How Do I Delete Files in MS-DOS?

by Launie Sorrels

MS-DOS is barely used today. Version 1.0 was released in 1982, and was used through most of the 1980s. If you still have reason to work in MS-DOS, you'll find that deleting files is very easy once you know a few simple commands.

Click on the "Start" button in your taskbar.

Click "All Programs," then "Accessories."

Click "Command Prompt." A little black window appear. You will see a little blinking line; it's called a prompt.

Find the file you want to delete. Type the following at the prompt: CD / CD stands for Change Directory. The "/" symbol symbolizes the root directory. The root directory in this case is the C: drive. After typing CD /, you will see CD:\> Type DIR nameoffile /s. Nameoffile is the actual name of the file you want to delete. DIR is directory, and performs a search for a specific file. The "/s" symbolizes subdirectories. By adding this switch, the computer will search the entire hard drive. You will see Directory of C:\..... Now that you know the directory path, type in CD directorypath. This will take you to the file to be deleted.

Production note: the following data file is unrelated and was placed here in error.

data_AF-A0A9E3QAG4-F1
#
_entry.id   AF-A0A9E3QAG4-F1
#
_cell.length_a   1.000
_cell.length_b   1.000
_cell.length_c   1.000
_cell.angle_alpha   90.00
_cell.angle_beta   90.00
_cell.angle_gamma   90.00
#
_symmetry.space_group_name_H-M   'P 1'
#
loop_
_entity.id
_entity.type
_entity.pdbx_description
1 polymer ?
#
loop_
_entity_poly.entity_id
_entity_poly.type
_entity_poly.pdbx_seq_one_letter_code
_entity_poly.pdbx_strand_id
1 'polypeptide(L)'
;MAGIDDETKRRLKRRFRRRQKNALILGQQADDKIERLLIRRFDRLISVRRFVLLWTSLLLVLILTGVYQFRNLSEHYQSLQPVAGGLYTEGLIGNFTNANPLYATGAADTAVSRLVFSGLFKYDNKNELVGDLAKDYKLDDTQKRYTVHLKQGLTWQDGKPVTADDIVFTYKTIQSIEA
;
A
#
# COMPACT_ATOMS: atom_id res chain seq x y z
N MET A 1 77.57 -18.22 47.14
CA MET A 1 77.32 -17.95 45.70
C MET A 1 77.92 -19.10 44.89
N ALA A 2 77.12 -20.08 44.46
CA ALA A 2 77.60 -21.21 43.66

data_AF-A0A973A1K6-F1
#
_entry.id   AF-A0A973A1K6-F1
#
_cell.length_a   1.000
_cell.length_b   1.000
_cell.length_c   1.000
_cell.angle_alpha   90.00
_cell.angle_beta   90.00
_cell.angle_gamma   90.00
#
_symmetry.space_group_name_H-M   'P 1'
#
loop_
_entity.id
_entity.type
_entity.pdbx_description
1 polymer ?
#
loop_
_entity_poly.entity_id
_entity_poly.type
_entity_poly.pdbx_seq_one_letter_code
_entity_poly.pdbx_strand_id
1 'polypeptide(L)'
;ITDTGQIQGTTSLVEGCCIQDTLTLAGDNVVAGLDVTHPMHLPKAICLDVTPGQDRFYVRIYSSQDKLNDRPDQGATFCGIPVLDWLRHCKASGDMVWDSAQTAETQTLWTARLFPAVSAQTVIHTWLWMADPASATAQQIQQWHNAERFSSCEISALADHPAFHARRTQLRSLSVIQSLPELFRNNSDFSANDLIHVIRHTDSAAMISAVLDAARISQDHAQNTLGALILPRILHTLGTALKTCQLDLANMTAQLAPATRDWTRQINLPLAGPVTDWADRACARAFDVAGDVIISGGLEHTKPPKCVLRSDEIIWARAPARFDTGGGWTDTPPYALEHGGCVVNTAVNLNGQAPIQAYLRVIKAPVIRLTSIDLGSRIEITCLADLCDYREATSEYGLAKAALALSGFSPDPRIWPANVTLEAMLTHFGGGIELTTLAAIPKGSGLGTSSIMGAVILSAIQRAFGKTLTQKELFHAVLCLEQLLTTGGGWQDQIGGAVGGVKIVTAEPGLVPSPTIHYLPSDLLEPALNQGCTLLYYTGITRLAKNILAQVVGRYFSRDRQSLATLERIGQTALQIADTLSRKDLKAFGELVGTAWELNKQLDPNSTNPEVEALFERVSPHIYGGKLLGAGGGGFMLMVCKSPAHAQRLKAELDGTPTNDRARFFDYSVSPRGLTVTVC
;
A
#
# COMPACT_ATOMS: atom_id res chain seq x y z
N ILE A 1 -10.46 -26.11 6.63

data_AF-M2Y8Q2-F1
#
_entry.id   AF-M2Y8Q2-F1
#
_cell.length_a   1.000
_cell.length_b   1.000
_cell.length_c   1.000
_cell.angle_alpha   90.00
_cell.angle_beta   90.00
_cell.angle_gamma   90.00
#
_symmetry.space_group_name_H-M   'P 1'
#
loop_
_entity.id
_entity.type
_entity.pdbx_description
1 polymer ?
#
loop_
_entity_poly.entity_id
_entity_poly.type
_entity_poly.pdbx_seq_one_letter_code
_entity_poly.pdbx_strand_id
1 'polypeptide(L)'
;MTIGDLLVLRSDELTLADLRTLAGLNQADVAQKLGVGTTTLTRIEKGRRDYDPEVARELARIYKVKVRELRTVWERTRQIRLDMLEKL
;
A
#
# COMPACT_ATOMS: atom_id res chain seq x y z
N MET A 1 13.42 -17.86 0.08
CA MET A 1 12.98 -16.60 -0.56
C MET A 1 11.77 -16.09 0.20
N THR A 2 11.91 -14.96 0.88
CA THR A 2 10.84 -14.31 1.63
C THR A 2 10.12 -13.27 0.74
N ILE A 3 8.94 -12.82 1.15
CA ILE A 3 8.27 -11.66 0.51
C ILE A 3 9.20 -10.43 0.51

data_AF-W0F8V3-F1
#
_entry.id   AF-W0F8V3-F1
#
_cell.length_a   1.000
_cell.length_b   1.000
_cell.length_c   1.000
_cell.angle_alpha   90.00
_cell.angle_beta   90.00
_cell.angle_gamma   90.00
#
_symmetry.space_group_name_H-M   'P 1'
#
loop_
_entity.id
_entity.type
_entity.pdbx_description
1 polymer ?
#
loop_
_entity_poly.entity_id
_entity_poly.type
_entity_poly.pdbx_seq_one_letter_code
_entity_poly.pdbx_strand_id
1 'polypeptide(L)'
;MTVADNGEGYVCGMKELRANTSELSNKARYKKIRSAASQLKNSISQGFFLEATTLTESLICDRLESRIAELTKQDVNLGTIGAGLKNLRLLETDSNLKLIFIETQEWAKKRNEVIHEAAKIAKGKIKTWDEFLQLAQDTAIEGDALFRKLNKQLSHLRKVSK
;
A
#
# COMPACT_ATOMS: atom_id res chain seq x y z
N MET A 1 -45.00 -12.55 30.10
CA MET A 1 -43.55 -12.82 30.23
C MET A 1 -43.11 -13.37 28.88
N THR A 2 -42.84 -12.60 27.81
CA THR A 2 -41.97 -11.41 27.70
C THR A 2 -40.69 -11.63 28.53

Type DEL filename at the prompt. Filename is the name of the file to be deleted.


  • close Be careful when deleting files. This is not Windows, and deleting files in MS-DOS is permanent.

About the Author

Launie Sorrels is a veteran who has worked as a chef and has more than two decades of martial arts training. His writing has developed from his experience as a quality assurance manager for Microsoft and IBM. Sorrels has a degree in computer science and is currently working on his journalism degree.

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